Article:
Moving into the advanced years of life is no longer the same as it was for our grandparents or parents. The old adage, “you are only as old as you feel,” should be changed to, “you are only as old as you think.” Increasingly we are learning that our thoughts and ideas about aging strongly influence how we view ourselves as we age and how we treat others of advanced age. If we have negative ideas of what “aging” looks like, we are likely to grow old more quickly.
The beginning of a tailspin
To illustrate, let me tell you of my experience. In 1997 my 90-year-old mother died. My husband and I were then serving as ministers in the Ananda Church in Palo Alto. During the last three years of my mother’s life, she lived in a nearby nursing home, surrounded by people in their 80s and 90s. I spent a lot of time with my mother during those years, visiting two or three times a week. Paramhansa Yogananda writes that “environment is stronger than willpower.” Being in that nursing home environment so much, I began to feel about 80 years old myself.
Shortly after my mother’s passing, my husband and I moved to Seattle to serve at the Seattle Ananda Center. Six months after our move, I turned 65. Coming on top of the move, and at a time when I was already feeling older than my years, this birthday sent me into a tailspin. The thought of being old enough for Social Security payments and Medicare — things I had been dealing with for my mother for many years — meant I had grown old and hadn’t even noticed. It was a shock!
Soon my body started falling apart. I developed arthritic pains in my hands and feet, as my mother had. My knees and my back started aching. A wisdom tooth extraction resulted in a gland infection in my jaw and I developed “dry mouth” syndrome. Suddenly I understood why my mother always had a piece of hard candy in her pocket. According to doctors, “dry mouth” is often a symptom of aging.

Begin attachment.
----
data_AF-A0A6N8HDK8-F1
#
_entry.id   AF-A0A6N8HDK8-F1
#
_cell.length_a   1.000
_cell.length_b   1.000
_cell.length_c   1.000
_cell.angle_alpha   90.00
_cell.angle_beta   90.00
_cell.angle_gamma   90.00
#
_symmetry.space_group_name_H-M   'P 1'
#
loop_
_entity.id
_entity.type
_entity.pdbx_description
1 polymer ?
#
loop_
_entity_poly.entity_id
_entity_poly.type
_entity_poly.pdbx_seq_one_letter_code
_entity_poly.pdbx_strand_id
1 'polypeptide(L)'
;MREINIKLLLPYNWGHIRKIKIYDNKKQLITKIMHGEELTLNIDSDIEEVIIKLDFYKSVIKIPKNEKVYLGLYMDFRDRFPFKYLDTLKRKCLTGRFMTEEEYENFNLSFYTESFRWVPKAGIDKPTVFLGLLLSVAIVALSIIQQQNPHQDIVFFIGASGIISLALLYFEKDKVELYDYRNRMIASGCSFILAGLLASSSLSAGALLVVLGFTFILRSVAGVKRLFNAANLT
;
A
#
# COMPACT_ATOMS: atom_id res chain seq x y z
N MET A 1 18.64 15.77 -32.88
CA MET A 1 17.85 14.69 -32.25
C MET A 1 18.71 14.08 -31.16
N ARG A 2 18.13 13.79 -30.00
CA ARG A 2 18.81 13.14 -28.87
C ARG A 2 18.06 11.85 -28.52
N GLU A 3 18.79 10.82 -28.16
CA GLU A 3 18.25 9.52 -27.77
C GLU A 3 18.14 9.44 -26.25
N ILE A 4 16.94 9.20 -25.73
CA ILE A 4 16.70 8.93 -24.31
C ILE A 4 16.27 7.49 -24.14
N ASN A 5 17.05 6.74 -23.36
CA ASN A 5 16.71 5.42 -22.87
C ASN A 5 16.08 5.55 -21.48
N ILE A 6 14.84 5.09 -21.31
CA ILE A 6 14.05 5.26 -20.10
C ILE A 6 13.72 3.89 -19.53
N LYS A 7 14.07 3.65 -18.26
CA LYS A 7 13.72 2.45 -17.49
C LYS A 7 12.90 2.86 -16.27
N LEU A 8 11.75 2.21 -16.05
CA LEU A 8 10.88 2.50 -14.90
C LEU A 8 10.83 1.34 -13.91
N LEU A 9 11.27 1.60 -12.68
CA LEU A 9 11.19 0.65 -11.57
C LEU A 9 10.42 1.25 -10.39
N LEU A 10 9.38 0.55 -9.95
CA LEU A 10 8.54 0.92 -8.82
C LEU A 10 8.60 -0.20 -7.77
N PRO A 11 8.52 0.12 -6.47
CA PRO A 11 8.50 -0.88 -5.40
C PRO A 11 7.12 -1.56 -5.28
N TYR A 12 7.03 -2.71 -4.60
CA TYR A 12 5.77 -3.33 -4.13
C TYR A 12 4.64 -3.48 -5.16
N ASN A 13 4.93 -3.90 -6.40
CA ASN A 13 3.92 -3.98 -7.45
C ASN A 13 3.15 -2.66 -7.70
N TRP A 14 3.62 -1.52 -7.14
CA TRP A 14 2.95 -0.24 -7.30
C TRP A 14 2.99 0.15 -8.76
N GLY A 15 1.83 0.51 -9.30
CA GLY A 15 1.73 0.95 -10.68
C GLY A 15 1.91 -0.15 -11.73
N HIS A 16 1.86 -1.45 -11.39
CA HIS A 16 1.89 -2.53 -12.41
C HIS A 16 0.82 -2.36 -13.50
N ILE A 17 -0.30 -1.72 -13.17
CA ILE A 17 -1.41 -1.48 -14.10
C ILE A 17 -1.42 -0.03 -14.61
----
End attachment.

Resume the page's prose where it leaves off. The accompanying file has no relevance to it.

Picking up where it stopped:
I finally get the message
But these ailments were merely the little indications that time had taken its toll. The big learning experience came as a result of my teaching yoga postures at the Seattle Center. Somehow I managed to aggravate an old injury in my left shoulder and I developed what’s known as a “frozen shoulder.” I could barely move my shoulder without pain. Amidst many prayers and affirmations, I searched for several months before I finally found a physical therapist who could actually help me, an “older” lady who worked me very hard. It took many months of therapy but I overcame the “frozen shoulder” completely, and I learned that if you are willing to put out the effort, you can heal almost anything.
My successful experience with physical therapy was a turning point in changing my outlook on getting “old.” Several years and a few more physical symptoms later, I finally got the message: I don’t have to consider myself OLD.
I was in the final stages of learning this lesson when, in 2001, my husband and I moved to the Ananda Sacramento Center. Later, when in need of a boost, I decided to go to India with Gyandevi Fuller to trek in the Himalayas. That trip not only launched me on a track of deeper meditations and longer seclusions, it also showed me that the human body is capable of doing almost anything it sets out to do.
I had a similar experience a few years later when my husband and I went to Peru with students from the Ananda College. As an “aging” lady, I didn’t know if I would be able to keep up with a group of young people climbing mountains. But I discovered I could keep up very well and also fully enjoy the experience.
“It was so good for my mind”
Even so, there were still a few lingering misconceptions I needed to get rid of. Several years before, I had noticed I was becoming more forgetful. It was becoming harder and harder to remember what I’d done even a few moments before. Here again was perhaps another sign that I was “getting old.”
Then my husband and I went on a diet and we started counting calories. Counting calories throughout the day was a lot of work, with or without a calculator, but it was so good for my mind! My mind became much sharper and much less forgetful. My calorie-counting experience suggests that it doesn’t matter very much how we exercise the mind so long as we do so. Paramhansa Yogananda recommends two other ways to keep the mind exercised: 1) reading good books with full attention and 2) making the mental effort to assimilate what we’ve read.